(First of a series on my life with mental illness.)
The first time I really had to accept the fact that there was something wrong with me was the beginning of my junior year of college. I was fresh from taking a year off to work at a fledgling Amazon.com in Seattle (they had *just* opened their Music store then), and there I decided to change my major from pre-med psychology to Computer Science. Stanford is known for its rigorous CS degree, and it is a pretty jam-packed major even for people starting it their freshman year. However, I decided to pack in 4 years' worth of prerequisites into 2 because I didn't want my parents spending tens of thousands MORE dollars because of my late-breaking change of heart. That meant stacking 4 to 5 engineering courses each quarter, including summers. Not a smart strategy, it turns out.
I remember it was a week or two after my 21st birthday, mid-November. I was so far gone from the stress, that I actually started hallucinating. I holed myself up in my dorm room for two weeks, not coming out to eat or attend classes (I think I just lived off of my stash of cup ramen), convinced there were cameras installed all over campus used to observe how a person of below-average ability and intellect (me) would cope at a top-tier university. I would imagine these bespectacled professors looking down at me, rubbing their bearded chins, scribbling down "not coping well at all" into their ledgers.
My RA somehow found me in this state and convinced me to go to the emergency room. I was admitted into the mental ward, and after a few days, they called my dad to pick me up so I can take a break from Stanford and get treated. He later told me he cried the whole six hour drive up from LA. We packed my room up and drove back down in silence.
After a year of rest, meds, therapy, and taking the intro CS courses in a much lower-pressure environment at my parents' local junior college, I went back to Stanford to finish out my degree. The road was bumpy and extremely stressful, and although I had support all throughout, I still had to go back to that ward a couple more times to get back on my feet again and fight another round. But finally, after two years, I did graduate. And life got so much better.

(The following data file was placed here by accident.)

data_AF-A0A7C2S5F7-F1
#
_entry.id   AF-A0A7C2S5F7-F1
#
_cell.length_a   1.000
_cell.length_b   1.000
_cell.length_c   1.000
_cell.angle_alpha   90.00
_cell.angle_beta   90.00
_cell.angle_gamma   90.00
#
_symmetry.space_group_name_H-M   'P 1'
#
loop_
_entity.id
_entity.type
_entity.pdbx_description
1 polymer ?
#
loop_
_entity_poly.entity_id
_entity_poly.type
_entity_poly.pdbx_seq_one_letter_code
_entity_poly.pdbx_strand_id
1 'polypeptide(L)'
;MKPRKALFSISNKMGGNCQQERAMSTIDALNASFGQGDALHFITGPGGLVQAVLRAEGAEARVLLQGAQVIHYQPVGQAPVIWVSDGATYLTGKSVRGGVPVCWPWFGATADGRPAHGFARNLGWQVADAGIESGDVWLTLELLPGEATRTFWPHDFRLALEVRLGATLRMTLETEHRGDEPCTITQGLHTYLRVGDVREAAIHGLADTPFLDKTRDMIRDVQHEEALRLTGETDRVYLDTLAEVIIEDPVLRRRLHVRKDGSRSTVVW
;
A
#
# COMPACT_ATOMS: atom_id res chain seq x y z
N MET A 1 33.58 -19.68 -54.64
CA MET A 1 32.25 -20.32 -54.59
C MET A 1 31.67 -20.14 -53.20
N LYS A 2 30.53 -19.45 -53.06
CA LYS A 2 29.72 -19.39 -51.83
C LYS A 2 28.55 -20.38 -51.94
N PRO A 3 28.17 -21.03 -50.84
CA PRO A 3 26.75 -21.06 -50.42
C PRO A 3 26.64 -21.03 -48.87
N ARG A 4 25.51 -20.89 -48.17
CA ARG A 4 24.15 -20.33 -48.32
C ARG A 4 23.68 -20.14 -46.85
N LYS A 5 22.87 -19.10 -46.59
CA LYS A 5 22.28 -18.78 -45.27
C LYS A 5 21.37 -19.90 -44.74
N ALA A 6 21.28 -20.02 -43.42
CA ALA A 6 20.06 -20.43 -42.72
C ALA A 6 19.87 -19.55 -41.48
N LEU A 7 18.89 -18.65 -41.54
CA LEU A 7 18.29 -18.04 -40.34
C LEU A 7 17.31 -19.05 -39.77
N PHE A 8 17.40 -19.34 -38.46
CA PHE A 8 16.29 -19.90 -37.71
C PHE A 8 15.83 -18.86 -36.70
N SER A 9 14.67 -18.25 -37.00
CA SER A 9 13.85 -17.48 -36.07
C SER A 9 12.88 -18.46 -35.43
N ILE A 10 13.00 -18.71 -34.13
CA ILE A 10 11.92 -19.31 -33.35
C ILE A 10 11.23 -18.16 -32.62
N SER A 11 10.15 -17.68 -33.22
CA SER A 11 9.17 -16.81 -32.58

The Facts about Mental Illness
Many people think that mental illness is something that only happens to “other people.” The facts are:
• One in four American adults suffers from a diagnosable mental health illness in a given year.
• Research shows half of all mental disorders start by age 14 and three-quarters start by age 24.
• An average of 6 to 8 years pass after the onset of mood disorder symptoms – 9 to 23 years for anxiety disorder symptoms – before young people get help.
• Treatment is available and full recovery is possible. With support and treatment, between 70 and 90 percent of individuals have a significant reduction in symptoms and improved quality of life.
While the facts may show the need for Californians to seek help, many don’t because of fear of judgment, isolation and discrimination. The stigma associated with mental illness can be more destructive than the illness itself.
What Californians Can Do
• Learn more about mental illness, choose facts over myths.
• Recognize that many of us will experience a mental illness at some point in our lives, and someone who has been diagnosed with a mental illness isn’t so different after all.
• Speak and act from a place of compassion and acceptance, rather than fear and ignorance.
• Visit EachMindMatters.org to get informed and join California’s mental health movement.(Source: CalMHSA)